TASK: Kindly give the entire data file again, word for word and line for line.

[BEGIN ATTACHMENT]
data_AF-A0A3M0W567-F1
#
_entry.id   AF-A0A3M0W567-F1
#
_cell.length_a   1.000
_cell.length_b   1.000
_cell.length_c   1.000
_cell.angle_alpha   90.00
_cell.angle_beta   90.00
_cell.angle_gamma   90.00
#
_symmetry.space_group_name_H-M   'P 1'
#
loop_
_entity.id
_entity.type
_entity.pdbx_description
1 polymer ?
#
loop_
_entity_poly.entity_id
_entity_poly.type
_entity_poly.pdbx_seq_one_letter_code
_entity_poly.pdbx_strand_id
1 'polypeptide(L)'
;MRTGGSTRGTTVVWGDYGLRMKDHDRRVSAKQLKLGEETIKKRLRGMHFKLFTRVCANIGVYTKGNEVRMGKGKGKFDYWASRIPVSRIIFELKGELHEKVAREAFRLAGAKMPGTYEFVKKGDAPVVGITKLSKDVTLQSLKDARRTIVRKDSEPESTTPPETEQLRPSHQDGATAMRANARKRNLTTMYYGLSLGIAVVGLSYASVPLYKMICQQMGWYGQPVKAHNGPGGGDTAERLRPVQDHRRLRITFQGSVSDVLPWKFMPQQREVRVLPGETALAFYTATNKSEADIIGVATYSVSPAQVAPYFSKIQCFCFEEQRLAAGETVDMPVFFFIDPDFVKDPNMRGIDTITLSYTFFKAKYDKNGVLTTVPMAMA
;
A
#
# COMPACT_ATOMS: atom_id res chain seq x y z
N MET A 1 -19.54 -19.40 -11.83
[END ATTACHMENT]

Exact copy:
data_AF-A0A3M0W567-F1
#
_entry.id   AF-A0A3M0W567-F1
#
_cell.length_a   1.000
_cell.length_b   1.000
_cell.length_c   1.000
_cell.angle_alpha   90.00
_cell.angle_beta   90.00
_cell.angle_gamma   90.00
#
_symmetry.space_group_name_H-M   'P 1'
#
loop_
_entity.id
_entity.type
_entity.pdbx_description
1 polymer ?
#
loop_
_entity_poly.entity_id
_entity_poly.type
_entity_poly.pdbx_seq_one_letter_code
_entity_poly.pdbx_strand_id
1 'polypeptide(L)'
;MRTGGSTRGTTVVWGDYGLRMKDHDRRVSAKQLKLGEETIKKRLRGMHFKLFTRVCANIGVYTKGNEVRMGKGKGKFDYWASRIPVSRIIFELKGELHEKVAREAFRLAGAKMPGTYEFVKKGDAPVVGITKLSKDVTLQSLKDARRTIVRKDSEPESTTPPETEQLRPSHQDGATAMRANARKRNLTTMYYGLSLGIAVVGLSYASVPLYKMICQQMGWYGQPVKAHNGPGGGDTAERLRPVQDHRRLRITFQGSVSDVLPWKFMPQQREVRVLPGETALAFYTATNKSEADIIGVATYSVSPAQVAPYFSKIQCFCFEEQRLAAGETVDMPVFFFIDPDFVKDPNMRGIDTITLSYTFFKAKYDKNGVLTTVPMAMA
;
A
#
# COMPACT_ATOMS: atom_id res chain seq x y z
N MET A 1 -19.54 -19.40 -11.83